Wednesday, August 19, 2009

I Know Why the Caged Bird Sings by Maya Angelou *****

I Know Why the Caged Bird Sings is a memoir by Maya Angelou about growing up as a black in the United States during the 1930s and 1940s. She lived alternately with her grandmother in Stamps, Arkansas and her separated parents in St. Louis and California.

While her story included the pervasive and institutional prejudice and violence towards blacks, she always rose above it all and succeeded. For instance, during the war she decided she wanted to work on the San Francisco cable cars. Undaunted by the facts that she was only 15 applying for a job that required applicants to be 18, and that the cable car company had never hired a black for the position she wanted, she went after the job anyway. Through polite persistence and clever fabrications, she got the job.

I Know Why the Caged Bird Sings is a wonderful mixture of the challenges of be Black and the benefits of being Maya Angelou. A story of tears and cheers.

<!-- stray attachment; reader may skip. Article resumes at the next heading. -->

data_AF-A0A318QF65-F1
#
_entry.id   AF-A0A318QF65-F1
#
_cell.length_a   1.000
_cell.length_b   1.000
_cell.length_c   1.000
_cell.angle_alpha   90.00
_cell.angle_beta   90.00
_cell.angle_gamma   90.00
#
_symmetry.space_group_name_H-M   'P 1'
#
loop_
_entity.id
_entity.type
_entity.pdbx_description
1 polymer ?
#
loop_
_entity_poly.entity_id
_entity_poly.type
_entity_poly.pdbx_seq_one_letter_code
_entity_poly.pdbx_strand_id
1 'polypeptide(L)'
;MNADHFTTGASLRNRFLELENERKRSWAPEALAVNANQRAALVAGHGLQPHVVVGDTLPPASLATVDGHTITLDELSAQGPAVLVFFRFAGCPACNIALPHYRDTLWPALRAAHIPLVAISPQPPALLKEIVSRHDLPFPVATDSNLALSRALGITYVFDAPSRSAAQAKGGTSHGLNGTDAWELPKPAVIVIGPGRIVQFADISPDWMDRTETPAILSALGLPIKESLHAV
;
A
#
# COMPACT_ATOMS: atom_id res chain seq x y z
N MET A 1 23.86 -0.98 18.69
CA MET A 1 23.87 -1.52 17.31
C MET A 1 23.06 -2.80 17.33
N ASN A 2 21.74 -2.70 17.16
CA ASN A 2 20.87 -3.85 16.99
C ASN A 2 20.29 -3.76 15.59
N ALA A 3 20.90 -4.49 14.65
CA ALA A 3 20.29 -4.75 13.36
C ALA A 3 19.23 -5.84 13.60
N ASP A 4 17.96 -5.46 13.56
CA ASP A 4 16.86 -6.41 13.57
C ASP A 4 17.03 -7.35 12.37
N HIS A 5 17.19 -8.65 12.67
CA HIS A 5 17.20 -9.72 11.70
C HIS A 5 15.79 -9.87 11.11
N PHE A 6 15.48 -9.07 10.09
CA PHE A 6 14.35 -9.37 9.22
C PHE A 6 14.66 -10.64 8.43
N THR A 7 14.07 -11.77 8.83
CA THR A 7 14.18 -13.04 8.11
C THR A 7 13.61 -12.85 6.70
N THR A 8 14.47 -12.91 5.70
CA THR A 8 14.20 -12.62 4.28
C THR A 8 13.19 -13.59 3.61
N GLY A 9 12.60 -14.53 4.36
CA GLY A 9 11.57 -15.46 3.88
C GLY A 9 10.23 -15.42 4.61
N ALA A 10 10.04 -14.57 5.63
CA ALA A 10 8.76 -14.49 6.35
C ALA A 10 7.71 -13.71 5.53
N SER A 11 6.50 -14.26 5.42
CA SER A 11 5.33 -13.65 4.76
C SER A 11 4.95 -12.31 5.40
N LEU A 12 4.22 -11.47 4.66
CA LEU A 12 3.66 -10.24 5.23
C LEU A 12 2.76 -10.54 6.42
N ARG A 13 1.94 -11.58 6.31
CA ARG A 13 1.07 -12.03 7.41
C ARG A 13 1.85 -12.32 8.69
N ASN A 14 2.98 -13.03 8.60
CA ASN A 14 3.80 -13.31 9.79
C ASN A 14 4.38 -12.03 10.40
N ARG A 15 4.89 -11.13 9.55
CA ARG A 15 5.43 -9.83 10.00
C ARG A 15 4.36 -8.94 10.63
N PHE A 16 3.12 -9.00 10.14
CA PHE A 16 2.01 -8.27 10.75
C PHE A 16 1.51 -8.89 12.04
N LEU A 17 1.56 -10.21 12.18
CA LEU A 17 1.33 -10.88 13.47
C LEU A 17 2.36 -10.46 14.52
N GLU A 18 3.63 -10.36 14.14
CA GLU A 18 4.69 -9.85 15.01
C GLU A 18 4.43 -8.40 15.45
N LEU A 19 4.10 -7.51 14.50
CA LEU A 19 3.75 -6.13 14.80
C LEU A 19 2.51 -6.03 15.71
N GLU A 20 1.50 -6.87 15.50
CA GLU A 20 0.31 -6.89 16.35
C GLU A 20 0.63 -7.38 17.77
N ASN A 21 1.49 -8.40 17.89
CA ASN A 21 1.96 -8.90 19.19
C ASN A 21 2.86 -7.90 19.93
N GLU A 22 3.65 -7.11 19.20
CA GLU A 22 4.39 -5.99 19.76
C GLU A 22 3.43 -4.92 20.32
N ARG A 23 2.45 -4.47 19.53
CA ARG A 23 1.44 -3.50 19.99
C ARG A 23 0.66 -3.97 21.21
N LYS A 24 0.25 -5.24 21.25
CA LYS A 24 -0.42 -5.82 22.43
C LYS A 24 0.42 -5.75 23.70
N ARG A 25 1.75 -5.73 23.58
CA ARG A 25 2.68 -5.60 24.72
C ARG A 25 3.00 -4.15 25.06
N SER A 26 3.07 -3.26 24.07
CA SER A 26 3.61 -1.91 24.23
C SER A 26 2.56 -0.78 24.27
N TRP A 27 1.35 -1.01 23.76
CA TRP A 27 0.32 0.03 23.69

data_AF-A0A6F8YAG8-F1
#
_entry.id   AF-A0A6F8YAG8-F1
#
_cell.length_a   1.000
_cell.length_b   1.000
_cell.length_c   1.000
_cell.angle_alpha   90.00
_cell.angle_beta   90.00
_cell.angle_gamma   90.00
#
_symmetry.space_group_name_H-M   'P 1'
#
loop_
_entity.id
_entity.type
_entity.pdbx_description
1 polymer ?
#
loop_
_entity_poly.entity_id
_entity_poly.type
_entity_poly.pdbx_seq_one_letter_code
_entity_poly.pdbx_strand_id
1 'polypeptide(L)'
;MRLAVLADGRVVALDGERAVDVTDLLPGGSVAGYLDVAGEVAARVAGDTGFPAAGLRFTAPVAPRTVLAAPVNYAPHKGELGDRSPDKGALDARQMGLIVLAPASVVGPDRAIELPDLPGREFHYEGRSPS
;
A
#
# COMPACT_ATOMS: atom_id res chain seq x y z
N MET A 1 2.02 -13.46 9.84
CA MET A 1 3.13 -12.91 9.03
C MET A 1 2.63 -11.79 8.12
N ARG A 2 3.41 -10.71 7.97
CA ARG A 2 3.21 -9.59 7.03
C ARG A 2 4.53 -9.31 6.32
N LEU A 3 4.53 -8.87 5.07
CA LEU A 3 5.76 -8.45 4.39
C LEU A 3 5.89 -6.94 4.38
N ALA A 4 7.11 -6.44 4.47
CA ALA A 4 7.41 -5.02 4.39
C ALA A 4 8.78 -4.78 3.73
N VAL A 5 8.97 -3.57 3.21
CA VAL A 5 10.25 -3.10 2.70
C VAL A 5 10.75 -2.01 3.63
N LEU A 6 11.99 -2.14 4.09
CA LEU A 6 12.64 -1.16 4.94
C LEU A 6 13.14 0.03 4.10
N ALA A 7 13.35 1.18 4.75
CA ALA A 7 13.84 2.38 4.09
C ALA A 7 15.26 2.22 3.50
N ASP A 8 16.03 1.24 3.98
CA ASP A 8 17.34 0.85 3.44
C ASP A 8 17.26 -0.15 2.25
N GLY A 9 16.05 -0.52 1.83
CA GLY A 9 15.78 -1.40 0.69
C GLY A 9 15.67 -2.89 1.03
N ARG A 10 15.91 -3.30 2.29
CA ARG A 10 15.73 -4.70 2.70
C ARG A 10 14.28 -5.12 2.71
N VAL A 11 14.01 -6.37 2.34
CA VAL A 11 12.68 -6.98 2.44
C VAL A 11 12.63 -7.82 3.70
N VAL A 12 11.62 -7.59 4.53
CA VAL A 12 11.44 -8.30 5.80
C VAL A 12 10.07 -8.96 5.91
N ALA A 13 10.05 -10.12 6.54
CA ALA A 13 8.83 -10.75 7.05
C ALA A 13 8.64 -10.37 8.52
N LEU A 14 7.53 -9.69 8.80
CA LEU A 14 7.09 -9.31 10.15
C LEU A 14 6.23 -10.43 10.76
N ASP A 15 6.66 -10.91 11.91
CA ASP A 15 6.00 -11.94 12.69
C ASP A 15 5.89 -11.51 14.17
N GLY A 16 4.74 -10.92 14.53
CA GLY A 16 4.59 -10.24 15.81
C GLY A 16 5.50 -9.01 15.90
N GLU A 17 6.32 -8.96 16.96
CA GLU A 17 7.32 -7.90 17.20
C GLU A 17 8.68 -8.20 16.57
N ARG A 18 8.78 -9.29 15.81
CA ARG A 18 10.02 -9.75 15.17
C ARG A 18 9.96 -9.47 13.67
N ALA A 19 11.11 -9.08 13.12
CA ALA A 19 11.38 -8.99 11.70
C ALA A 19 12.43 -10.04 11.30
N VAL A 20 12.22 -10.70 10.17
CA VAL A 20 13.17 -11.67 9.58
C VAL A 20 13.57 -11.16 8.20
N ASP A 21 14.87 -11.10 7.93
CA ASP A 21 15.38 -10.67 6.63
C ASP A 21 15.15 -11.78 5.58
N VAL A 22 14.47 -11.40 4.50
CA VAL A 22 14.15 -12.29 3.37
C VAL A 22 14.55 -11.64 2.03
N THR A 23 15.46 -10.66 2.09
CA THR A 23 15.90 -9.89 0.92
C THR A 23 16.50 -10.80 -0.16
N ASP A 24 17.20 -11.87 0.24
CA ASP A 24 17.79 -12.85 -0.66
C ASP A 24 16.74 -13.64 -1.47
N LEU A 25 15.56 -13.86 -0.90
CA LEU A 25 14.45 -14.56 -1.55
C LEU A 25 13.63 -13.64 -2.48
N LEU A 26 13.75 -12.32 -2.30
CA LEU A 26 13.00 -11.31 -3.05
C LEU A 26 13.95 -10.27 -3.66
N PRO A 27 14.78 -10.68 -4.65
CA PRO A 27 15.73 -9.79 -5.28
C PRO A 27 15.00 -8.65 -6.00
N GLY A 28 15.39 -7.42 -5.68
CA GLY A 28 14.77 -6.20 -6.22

When the spring classes began, I resumed my commitment to formal education. ... I was sure that I had learned and earned the magic formula that would make me a part of the gay life my contemporaries led. ... Not a bit. ... They were concerned and excited over the approaching football games, but I had in my immediate past raced a car down a dark and foreign Mexican mountain ... I remembered sleeping for a month in a wrecked automobile and conducting a streetcar in the uneven hours of the morning. Without willing it, I had gone from being ignorant or being ignorant to being aware of being aware.
I Know Why the Caged Bird Sings is a book that everyone should read and a book that everyone will enjoy.

LGBT Book Watch: Though I Know Why the Caged Bird Sings by Maya Angelou (published in 1970) deals primarily with The Black Experience in America, it also includes (at the end) a sympathetic and humorous recounting of a young girl's thoughts about Lesbianism with references of a 1920's classic on the subject: The Well of Loneliness.

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